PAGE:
Here's a solution to Mathematical Problem 1, posted on 13 March 2010.

The principle is that A would still win even if all the remaining games were to be won by B (A's closest rival).

With 3 players, A wins when

*a*is greater than*b*added to the number of rounds still to be played (assuming B has the second highest number of wins so far). The number of rounds still to be played is 29 – (*a*+*b*+*c*). So, algebraically:*a*>

*b*+ [29 – (

*a*+

*b*+

*c*)] which simplifies to 2

*a*> 29 –

*c*.

With 4 players, A wins when

*a*>

*b*+ [29 – (

*a*+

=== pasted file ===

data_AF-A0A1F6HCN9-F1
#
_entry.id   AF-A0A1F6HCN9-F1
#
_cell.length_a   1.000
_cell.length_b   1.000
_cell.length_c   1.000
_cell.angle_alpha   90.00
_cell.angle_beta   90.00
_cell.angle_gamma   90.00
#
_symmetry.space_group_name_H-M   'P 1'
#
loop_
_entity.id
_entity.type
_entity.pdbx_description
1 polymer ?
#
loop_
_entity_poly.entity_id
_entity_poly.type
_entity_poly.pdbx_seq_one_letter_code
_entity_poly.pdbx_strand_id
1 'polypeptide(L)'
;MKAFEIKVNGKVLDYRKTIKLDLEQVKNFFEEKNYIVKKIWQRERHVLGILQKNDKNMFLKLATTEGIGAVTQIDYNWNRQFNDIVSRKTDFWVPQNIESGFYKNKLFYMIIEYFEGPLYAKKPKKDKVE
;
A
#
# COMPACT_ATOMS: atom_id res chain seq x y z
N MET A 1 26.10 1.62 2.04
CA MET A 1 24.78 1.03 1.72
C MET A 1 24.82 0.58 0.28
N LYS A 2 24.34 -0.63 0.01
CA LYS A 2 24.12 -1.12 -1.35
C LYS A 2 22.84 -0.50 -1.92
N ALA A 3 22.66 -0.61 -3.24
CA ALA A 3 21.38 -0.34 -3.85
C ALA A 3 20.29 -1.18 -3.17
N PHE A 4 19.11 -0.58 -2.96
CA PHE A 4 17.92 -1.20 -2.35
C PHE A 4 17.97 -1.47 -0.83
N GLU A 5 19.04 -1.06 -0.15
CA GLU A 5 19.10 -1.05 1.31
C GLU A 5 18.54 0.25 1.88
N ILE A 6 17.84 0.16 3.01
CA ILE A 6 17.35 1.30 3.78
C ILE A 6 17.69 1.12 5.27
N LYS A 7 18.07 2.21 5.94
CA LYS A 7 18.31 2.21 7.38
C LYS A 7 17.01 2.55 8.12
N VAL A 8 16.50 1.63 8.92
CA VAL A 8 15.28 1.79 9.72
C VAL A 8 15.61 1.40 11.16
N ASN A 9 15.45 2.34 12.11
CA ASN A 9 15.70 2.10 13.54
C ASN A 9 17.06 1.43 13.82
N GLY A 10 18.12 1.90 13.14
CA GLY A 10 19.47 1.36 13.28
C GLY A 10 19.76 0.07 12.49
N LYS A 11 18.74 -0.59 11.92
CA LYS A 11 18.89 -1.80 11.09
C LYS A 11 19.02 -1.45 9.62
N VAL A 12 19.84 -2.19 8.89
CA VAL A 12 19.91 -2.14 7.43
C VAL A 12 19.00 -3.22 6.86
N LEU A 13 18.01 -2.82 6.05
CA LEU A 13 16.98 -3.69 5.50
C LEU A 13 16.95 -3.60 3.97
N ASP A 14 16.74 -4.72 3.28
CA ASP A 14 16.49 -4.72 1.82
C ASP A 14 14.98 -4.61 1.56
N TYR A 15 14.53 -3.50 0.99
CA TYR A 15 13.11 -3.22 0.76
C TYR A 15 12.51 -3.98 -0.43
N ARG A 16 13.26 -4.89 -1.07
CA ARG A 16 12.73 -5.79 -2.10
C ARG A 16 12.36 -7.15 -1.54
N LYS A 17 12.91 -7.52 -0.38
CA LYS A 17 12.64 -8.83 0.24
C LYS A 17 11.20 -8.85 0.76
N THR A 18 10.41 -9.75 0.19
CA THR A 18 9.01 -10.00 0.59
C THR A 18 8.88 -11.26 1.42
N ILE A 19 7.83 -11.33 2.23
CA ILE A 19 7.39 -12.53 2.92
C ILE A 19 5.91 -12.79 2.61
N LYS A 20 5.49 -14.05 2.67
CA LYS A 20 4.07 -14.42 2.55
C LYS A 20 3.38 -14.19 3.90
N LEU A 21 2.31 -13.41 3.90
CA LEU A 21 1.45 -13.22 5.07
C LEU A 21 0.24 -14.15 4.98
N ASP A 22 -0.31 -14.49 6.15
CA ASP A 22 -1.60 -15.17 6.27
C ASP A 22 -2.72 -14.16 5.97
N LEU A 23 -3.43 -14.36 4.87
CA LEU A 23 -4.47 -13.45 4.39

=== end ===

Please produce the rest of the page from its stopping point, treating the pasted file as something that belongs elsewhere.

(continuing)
*b*+

*c + d*)] which simplifies to 2

*a*> 29 – (c + d).

The general solution , with any number of players and

*n*rounds, is that A wins when*a*>

*b*+ [

*n*– (

*a*+

*b*+

*c + d +*

*e*+

*...*)] which simplifies to 2

*a*>

*n*– (c +

*d*+ e + ...)

The surprise in this result is that

*b*does not appear in the simplified rule! Provided*B has won more rounds than C, D, E and so on, the actual number that B has won does not make any difference to when A is declared the winner.*
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